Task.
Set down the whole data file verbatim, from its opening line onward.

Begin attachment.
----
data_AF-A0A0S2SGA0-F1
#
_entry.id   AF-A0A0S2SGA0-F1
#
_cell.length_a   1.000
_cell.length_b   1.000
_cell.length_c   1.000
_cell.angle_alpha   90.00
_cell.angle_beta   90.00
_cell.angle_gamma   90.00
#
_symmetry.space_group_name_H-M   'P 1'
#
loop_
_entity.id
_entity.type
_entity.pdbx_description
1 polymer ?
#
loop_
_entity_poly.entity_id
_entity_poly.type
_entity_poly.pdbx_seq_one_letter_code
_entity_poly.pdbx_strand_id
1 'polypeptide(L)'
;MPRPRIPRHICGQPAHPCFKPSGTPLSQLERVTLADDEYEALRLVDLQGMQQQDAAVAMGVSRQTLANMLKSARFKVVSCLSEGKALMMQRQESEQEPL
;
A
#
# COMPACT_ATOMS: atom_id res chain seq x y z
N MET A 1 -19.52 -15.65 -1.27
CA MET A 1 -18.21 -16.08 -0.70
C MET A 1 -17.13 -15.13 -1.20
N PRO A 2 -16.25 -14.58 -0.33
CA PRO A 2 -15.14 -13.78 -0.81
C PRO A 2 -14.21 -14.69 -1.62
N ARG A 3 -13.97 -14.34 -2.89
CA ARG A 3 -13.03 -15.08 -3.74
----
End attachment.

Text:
data_AF-A0A0S2SGA0-F1
#
_entry.id   AF-A0A0S2SGA0-F1
#
_cell.length_a   1.000
_cell.length_b   1.000
_cell.length_c   1.000
_cell.angle_alpha   90.00
_cell.angle_beta   90.00
_cell.angle_gamma   90.00
#
_symmetry.space_group_name_H-M   'P 1'
#
loop_
_entity.id
_entity.type
_entity.pdbx_description
1 polymer ?
#
loop_
_entity_poly.entity_id
_entity_poly.type
_entity_poly.pdbx_seq_one_letter_code
_entity_poly.pdbx_strand_id
1 'polypeptide(L)'
;MPRPRIPRHICGQPAHPCFKPSGTPLSQLERVTLADDEYEALRLVDLQGMQQQDAAVAMGVSRQTLANMLKSARFKVVSCLSEGKALMMQRQESEQEPL
;
A
#
# COMPACT_ATOMS: atom_id res chain seq x y z
N MET A 1 -19.52 -15.65 -1.27
CA MET A 1 -18.21 -16.08 -0.70
C MET A 1 -17.13 -15.13 -1.20
N PRO A 2 -16.25 -14.58 -0.33
CA PRO A 2 -15.14 -13.78 -0.81
C PRO A 2 -14.21 -14.69 -1.62
N ARG A 3 -13.97 -14.34 -2.89
CA ARG A 3 -13.03 -15.08 -3.74